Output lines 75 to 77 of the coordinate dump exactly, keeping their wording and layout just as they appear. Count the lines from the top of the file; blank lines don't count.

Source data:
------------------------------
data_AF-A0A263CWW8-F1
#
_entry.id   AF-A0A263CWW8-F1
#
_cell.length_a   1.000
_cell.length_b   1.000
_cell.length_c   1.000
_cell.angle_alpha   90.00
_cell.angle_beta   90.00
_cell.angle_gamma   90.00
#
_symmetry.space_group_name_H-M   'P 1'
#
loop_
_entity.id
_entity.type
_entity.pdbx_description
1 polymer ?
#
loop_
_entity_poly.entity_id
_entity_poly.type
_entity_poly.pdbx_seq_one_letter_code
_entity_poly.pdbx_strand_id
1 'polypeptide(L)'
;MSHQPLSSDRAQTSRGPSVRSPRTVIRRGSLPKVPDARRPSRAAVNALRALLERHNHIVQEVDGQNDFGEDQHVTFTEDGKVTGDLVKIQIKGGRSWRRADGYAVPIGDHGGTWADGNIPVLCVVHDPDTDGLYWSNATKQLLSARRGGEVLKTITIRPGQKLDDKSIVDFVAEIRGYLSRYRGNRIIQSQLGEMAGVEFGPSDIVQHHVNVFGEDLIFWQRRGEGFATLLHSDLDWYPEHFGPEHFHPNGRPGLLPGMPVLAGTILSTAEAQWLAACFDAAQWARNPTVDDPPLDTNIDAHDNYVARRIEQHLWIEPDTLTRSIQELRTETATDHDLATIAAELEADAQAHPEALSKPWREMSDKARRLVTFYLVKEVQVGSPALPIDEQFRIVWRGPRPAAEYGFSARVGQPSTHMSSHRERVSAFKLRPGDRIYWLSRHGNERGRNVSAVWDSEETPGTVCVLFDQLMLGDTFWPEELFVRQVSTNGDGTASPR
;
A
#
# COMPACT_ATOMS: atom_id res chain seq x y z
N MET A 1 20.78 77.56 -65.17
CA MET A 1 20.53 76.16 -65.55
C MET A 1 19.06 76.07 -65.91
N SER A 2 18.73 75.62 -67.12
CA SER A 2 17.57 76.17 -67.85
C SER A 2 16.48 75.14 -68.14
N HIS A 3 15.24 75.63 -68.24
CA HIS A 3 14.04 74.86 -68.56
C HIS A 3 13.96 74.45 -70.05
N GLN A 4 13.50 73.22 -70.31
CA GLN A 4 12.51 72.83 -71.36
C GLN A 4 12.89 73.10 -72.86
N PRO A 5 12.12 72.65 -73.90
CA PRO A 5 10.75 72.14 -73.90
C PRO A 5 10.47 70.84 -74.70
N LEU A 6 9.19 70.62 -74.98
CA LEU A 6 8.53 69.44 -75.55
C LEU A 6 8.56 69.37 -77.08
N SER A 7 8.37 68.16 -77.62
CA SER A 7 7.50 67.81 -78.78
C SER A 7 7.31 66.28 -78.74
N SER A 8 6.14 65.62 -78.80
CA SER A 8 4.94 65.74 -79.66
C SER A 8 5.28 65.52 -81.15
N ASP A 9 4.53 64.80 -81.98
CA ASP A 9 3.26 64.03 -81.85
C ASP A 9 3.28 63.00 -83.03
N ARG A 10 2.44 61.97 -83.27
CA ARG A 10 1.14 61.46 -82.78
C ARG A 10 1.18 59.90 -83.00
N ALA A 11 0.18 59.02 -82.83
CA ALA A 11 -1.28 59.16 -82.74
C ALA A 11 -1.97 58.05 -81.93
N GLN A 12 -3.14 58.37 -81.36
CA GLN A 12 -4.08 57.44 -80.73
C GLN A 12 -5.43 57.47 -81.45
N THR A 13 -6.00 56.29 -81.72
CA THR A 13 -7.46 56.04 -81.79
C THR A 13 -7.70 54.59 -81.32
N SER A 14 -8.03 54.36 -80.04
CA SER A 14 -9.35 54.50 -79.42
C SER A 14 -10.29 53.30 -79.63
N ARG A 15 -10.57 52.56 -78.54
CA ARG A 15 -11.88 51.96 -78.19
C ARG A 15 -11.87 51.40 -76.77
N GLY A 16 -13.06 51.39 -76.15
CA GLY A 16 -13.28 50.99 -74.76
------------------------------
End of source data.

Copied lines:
C ARG A 15 -11.87 51.40 -76.77
N GLY A 16 -13.06 51.39 -76.15
CA GLY A 16 -13.28 50.99 -74.76